Celebrating the American experiment on July Fourth

Celebrating the American experiment on July Fourth
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The Founding Fathers launched the American experiment 242 years ago. As Thomas Jefferson later recounted, “The Fourth of July, the epoch of American independence, is a day when the heart of every American must glow with pride and gratitude.” For many of us, it is a day of revelry and relaxation. It is a deserved summer break to spend with friends and family. At a time when the tumult of politics seems to pervade every aspect of modern American life, it is also a chance to look back on the American experiment of our Founders, and just how far we have taken it.

Sometimes, it is easy to forget the bold step that the Founders took in Philadelphia. The United States at the time was made up of just 13 colonies clinging to the coast of a largely unexplored continent, and to become independent, they would have to face the military and economic might of the most powerful empire on earth. However, they held a belief that a free people, secure in their rights and liberties and governed by their elected representatives, could establish their independence and create a nation that would be an example for generations to come.

They would recognize the pioneering spirit of America in explorers and entrepreneurs that stretch in an arc from those early attempts to push back the wilderness to the modern technologies of today. The Founders could barely imagine a digitally interconnected world and the space exploration of worlds beyond ours, but they would take pride in knowing that Americans have led, and continue to lead, the way.

At a time when international trade and the structure of alliances with foreign partners are hot button issues, the Founders would see that these are the tangible reminders of how their experiment grew into a global power capable of sharing the benefits of prosperity and peace around the world. Yes, some Founders warned of entangling alliances, but they would probably look with envy on the community of likeminded nations that we are fortunate to lead. As descendants of those who first ventured across the Atlantic to chart new lives, they would recognize an immigrant’s desire to find freedom and security in the United States.

They would not be strangers to the tumult of our politics. In creating government that reflected the will of the people, they knew that it could reflect our highest aspirations and our greatest flaws. Having built coequal branches of government to ensure that “ambition counters ambition,” the Founders would be rightly concerned to see how Congress, through partisanship and bureaucratic inertia, has handed over so many of its prerogatives to the executive branch.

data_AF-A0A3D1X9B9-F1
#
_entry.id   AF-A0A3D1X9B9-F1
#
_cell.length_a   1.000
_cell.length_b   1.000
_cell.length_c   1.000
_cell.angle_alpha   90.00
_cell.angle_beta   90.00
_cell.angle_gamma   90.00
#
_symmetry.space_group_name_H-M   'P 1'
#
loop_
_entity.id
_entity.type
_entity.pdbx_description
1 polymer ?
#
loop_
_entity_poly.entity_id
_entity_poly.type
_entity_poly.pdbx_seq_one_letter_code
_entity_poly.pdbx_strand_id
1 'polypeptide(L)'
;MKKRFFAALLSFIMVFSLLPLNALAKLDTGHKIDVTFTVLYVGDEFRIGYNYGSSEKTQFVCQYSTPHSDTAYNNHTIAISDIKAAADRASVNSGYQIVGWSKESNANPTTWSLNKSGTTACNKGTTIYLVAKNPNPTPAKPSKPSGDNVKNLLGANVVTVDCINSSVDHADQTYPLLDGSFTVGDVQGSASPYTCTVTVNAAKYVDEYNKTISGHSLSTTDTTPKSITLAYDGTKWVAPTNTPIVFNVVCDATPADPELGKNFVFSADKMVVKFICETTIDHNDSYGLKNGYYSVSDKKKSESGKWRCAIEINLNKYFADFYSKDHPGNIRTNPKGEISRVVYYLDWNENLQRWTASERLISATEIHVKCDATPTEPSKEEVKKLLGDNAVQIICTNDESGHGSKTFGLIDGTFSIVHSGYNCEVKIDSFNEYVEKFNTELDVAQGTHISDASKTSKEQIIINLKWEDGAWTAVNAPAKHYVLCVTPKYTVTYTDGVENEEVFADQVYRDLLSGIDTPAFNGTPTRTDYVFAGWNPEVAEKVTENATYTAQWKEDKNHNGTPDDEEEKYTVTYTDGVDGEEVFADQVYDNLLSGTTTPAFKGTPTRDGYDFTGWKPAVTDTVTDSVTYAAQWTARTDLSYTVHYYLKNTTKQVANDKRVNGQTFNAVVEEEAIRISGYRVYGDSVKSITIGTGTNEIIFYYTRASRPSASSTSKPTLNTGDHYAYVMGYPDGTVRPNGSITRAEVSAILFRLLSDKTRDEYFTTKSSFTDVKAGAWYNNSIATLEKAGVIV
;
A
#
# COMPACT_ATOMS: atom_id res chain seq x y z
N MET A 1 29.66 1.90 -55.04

The Founders were concerned about the equally tyrannical nature of individual autocrats and populist mobs, as both can deprive a nation and its people of their rights and liberties. Seeing the ascendency of both trends at home and abroad, they would take solace that the American experiment produced not only a democratic republic, but also the institutions, civil society, and the rule of law that protect these rights. The Founders would see how generation after generation of Americans has continued to expand rights and liberties to cover greater and greater segments of our society. While they would take pride in this, they would be shocked over how many Americans still stay home at each election.

The partisanship and personal attacks written in pamphlets and tabloids of the era of our Founders would be right at home on partisan cable networks and social media. Still, they would wonder how political opinion could displace the pursuit of the truth across so much of the media environment. In building the United States, the Founders built a political system and a society capable of reform, renewal, and rebirth. The fundamental challenges that we face would not be so foreign to our Founders, and they would believe that they can be overcome with the right mixture of vision, leadership, and shared spirit.

On the first Fourth of July, George Washington doubled the rum ration for the troops of the Continental Army to celebrate the holiday. Many of us will do the same for ourselves today, as we celebrate the founding of our nation with friends and family. As we inherit the next year of the American experiment, we must remember that for better or worse, the spirit of our politics and the nature of our government are derived from our own collective character. Ultimately, if we want to uphold the legacy of our Founders, it is our responsibility to ensure that this unique experiment not only endures, but also achieves its great potential.

Dan Mahaffee is senior vice president and director of policy at the Center for the Study of the Presidency and Congress in Washington, D.C.